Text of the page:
The chicest and most popular resort today is Mzaar, just an hour’s drive from Beirut. Due to the proximity, it’s actually possible to ski in the morning and swim in the Mediterranean in the afternoon. Mzaar features 25 lifts and 50 runs down from the Dome du Mzaar right into the premises of the elegant Intercontinental Mzaar Hotel. Not only can you enjoy the scenic drive from Beirut but also the skiing facilities for all levels plus ski schools and instructors, the thriving après ski scene in the hotel, and several great spa treatments to relax after a day on the slopes. So exquisite and beautiful is the resort, that rumor has it, chic Beirutis come down on weekends dressed in the latest ski fashion without ever setting foot on the slopes, just to see, be seen, and enjoy the atmosphere.
3. Geilo — Norway
Located in the Hallingscarvel mountains between Bergen and Oslo, in the middle of the country, lies the ski resort of Geilo. You couldn’t wish for a greater variety of winter sports activities, from 40 slopes of various levels to cross country skiing, dog sledding, fat tire biking, snowshoe trekking, and much more. Kids taking their first steps on skis will be as happy as daredevils who like to whizz along among the trees. This being Norway, the great emphasis lies on saunas and wellness treatments which can be had at the Vestlia Resort. Feed your stomach with a warming meal at the family farm/café Prestholtseter. In winter, it opens in the 7th week of the year, in February, and you can sample typical dishes with a lot of sour cream.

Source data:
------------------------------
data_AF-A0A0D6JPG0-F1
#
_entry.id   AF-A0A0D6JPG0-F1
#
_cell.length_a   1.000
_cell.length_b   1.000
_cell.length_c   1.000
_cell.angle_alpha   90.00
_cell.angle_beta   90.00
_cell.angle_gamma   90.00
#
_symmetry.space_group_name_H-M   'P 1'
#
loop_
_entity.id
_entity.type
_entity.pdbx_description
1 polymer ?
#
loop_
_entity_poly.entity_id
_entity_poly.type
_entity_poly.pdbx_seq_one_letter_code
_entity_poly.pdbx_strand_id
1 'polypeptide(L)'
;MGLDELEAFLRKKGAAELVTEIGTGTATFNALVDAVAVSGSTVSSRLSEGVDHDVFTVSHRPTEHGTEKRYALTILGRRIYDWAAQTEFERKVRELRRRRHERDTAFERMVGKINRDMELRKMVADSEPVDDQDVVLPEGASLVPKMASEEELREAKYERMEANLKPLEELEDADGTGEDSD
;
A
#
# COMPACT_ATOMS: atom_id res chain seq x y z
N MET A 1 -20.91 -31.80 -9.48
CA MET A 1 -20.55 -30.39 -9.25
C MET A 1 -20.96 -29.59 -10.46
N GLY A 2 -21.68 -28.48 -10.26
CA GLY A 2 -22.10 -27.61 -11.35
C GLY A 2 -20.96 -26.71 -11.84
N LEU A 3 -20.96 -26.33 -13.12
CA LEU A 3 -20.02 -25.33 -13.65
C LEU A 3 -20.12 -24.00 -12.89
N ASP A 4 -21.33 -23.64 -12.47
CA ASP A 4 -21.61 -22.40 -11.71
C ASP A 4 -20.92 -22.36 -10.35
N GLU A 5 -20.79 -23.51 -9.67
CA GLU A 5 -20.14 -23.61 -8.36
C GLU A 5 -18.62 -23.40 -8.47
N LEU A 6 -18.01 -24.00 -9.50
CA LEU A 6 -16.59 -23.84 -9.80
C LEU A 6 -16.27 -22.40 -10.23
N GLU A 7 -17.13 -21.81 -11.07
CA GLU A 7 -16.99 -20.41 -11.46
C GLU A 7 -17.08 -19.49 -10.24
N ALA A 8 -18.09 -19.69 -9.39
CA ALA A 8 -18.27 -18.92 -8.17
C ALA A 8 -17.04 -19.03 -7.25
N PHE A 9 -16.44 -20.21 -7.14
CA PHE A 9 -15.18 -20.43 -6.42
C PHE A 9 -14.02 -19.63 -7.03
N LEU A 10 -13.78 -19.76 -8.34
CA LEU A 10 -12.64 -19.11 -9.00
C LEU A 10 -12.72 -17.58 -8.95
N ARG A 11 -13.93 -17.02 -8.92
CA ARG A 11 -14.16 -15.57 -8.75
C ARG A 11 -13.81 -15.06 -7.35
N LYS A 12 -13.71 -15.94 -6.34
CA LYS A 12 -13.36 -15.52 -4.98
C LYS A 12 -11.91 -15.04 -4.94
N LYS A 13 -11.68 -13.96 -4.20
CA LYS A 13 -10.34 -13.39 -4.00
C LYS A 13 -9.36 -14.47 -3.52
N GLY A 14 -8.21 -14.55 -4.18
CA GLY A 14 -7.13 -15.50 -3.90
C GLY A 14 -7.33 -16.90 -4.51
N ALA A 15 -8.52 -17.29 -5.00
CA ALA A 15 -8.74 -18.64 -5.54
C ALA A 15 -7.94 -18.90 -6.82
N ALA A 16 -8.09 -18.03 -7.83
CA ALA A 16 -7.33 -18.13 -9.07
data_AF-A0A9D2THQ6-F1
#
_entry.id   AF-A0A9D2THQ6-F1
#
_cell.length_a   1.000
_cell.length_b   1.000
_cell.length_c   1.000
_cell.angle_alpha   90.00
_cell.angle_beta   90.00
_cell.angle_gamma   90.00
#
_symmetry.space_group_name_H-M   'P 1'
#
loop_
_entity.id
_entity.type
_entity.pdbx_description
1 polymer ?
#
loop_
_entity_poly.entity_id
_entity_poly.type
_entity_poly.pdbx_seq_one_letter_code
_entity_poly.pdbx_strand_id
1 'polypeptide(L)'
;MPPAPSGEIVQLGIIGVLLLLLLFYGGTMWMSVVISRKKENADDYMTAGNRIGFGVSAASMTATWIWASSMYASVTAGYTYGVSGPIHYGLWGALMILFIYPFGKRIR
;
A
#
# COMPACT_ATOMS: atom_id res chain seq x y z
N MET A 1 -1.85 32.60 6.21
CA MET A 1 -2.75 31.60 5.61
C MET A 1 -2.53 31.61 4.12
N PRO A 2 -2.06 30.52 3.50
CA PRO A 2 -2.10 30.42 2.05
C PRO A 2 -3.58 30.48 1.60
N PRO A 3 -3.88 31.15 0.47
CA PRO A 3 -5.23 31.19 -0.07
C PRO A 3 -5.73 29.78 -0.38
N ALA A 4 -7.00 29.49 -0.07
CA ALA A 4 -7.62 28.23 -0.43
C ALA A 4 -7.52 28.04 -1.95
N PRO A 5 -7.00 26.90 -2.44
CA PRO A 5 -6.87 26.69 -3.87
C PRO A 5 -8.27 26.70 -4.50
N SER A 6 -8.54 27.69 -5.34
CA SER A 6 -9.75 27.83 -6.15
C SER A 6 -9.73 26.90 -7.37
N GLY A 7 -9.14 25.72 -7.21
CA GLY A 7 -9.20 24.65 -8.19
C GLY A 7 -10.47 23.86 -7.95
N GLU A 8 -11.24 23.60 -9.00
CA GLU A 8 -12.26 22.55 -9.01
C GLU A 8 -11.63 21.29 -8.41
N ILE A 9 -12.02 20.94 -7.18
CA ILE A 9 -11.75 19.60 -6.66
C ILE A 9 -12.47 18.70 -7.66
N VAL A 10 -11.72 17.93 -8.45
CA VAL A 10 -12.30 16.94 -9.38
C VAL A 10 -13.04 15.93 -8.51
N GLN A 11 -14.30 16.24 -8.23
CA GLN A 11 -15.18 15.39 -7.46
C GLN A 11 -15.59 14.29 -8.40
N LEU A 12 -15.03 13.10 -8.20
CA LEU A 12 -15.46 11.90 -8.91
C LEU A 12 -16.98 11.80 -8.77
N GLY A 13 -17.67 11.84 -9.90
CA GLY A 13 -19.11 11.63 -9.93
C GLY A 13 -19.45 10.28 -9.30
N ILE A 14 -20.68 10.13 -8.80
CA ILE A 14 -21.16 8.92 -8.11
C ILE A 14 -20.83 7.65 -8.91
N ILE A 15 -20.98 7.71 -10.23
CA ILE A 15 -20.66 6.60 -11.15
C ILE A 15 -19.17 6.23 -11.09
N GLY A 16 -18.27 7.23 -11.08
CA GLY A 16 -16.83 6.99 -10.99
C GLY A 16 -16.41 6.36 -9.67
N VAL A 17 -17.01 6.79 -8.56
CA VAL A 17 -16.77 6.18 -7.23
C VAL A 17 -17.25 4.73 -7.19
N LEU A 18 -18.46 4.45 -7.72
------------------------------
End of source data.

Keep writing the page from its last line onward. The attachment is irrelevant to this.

4. Niseko — Japan
Think powder snow and you have the essence of Niseko. Located 63 miles south of Sapporo, it hosted the Winter Olympics in 1972. Niseko is actually four resorts on one mountain called Niseko Annupuri. They are: Niseko Hanazono resort, especially beginner friendly; Niseko Tokyu Grand which is the largest of the resorts; Niseko Village (Green Leaf) is ideal as a base for off-piste skiing; and finally the family-friendly Niseko Annupuri International Ski Area. The desirable powder snow that is so typical for these ski resorts comes from the winds of the Eurasian continent that pick up moisture from the warm Sea of Japan, which in turn forms snow clouds that eventually unload the powder snow. There are plenty of slopes and lifts, skiing as well as snowboarding, and après ski is popular at the Hanazono Resort.
5. Erciyes — Turkey
Mount Erciyes is a volcano in Cappadocia approximately 10 miles from the city of Kayseri and its airport. It is one of Turkey’s oldest ski resorts, very popular among the locals with whom you can socialize happily with on the slopes, on the lifts, and in tea rooms and restaurants. There are two valleys between the cones of the volcano with well-kept slopes, off-piste skiing in powder snow, 14 lifts, and ski schools for beginners. In Erciyes, you can stay at the rather basic Erciyes Hotel, but it has a door to piste accessibility, ski hire, and ski school booking onsite as well as a bar and live entertainment at night. Given the proximity of Kayseri, I preferred the luxurious Radisson Blu with the fabulous spa, views over the mountains, and sightseeing in Kayseri, especially the carpet, gold, and silk bazaar.